Apple kicked off its Worldwide Developers Conference (WWDC) in San Jose, California and announced some notable software, as well as hardware upgrades just yesterday. Post the keynote speech, CEO Tim Cook sat down with Bloomberg TV for a chat session, only to reveal that Cupertino has been co-operating with the U.K government, handing over metadata, following the 3 consecutive terror attacks in the last three months.

While discussing user security and privacy in the face of these grave instances, such as the Manchester or London bombings, Cook goes on to mention that Apple isn’t just sitting back and watching the show. He goes on to add:

We have been cooperating with the U.K. government not only in law enforcement kind of matters but on some of the attacks — not only in law enforcement matters but in some of the attacks and I can’t speak in detail about that.

He further goes on to mention that the said process of handing down information isn’t anything new. If the regulatory bodies have come asking for confidential info, but through the correct lawful process, then Apple has acted ever so promptly and handed down the information required by the police. Cook further stated that encryption works differently than you might think as there is some scope for building the profile of an individual using metadata — not the exact info but some of it.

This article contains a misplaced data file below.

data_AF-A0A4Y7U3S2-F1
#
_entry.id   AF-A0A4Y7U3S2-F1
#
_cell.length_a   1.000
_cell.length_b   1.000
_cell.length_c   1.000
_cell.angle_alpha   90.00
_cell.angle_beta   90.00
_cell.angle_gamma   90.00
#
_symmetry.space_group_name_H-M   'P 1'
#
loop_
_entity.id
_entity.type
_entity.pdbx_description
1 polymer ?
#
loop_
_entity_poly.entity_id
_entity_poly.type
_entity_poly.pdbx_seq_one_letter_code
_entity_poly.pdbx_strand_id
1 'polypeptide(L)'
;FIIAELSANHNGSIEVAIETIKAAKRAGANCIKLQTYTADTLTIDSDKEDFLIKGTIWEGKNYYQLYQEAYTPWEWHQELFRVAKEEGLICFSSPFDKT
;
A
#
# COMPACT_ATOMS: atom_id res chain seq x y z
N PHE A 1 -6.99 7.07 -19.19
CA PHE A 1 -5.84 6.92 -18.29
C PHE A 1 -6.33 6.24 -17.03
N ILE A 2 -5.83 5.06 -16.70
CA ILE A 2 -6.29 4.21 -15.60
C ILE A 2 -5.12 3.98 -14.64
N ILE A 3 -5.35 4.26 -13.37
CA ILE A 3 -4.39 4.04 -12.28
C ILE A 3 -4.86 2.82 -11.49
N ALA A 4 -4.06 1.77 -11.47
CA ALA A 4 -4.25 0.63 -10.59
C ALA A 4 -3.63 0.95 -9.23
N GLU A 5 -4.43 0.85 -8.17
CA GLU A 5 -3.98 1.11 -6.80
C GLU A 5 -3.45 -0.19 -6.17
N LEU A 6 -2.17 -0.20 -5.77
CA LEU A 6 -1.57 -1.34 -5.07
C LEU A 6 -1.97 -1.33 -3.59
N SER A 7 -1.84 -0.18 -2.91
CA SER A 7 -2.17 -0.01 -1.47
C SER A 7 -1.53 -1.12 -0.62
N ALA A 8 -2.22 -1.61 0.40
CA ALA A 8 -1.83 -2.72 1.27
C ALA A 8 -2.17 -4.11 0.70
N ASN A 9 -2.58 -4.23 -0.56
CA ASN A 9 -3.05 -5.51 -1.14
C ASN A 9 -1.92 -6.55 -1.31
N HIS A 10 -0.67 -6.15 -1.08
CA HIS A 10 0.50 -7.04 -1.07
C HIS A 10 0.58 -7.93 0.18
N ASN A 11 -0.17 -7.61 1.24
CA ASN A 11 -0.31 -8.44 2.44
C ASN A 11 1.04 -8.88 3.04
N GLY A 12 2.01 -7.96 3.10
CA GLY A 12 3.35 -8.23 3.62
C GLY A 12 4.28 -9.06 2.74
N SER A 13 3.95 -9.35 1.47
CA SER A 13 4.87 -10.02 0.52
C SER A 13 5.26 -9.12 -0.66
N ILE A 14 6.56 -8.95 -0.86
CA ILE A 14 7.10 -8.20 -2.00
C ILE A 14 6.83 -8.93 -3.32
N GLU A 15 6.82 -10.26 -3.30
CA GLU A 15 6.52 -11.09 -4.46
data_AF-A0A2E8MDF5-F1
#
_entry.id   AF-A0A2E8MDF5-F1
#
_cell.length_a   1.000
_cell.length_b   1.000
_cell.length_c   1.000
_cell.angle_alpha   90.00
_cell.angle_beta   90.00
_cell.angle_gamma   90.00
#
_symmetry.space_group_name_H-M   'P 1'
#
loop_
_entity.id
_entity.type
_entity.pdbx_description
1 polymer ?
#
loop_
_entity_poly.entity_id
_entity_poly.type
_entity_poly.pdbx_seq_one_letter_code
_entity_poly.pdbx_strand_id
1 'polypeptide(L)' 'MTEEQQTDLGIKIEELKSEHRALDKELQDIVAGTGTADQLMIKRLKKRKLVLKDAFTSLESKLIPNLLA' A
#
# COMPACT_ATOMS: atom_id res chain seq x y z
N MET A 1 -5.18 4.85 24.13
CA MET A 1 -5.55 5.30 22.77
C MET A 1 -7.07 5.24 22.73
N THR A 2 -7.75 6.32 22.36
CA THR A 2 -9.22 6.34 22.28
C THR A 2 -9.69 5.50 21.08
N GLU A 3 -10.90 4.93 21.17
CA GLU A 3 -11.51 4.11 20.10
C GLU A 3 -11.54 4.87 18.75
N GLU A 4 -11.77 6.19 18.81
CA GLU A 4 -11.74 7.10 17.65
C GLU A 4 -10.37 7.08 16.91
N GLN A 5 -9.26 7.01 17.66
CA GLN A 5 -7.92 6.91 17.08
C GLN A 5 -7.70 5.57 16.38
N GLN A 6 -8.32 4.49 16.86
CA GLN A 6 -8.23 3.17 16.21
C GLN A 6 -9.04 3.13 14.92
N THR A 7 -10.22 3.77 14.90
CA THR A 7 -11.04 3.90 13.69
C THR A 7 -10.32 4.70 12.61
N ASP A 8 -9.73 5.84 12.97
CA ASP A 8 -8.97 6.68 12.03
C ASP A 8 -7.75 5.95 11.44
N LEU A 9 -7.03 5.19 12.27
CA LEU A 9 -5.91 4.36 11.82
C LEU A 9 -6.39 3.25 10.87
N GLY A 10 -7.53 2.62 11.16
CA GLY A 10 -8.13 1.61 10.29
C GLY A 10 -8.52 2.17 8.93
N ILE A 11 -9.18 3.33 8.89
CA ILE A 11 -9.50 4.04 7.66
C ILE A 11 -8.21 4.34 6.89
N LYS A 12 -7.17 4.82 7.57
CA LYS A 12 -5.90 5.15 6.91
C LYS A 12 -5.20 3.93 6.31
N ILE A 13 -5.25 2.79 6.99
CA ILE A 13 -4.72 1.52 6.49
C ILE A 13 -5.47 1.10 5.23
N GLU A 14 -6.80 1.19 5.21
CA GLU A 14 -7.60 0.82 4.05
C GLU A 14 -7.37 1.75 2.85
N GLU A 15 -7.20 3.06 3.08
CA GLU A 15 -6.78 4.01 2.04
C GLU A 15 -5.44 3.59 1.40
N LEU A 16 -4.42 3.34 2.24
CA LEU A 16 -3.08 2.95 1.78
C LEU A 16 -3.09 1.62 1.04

These statements from the chief executive of a leading technology giant come fresh on the heels of the terrorist attacks which have been occurring consecutively for the last three months. It started off with a lone attacker in Westminster, followed by the antics of the suicide bomber in Ariana Grande’s Manchester tour stop and the most recent London van and knives blast — which has caused the death of around 34 citizens.

With regards to the recent terrorist attacks that rocked Europe, Prime minister Theresa May has been demanding instant change to the country’s digital regulations. She believes that the said change could push the technology giant to loosen its grip over privacy by not providing a safe haven to extremists or terrorists alike. The U.K government has also been voicing its views against end-to-end encryption (E2EE), which it believes should be eliminated from protecting user data shared by a terrorist organization.

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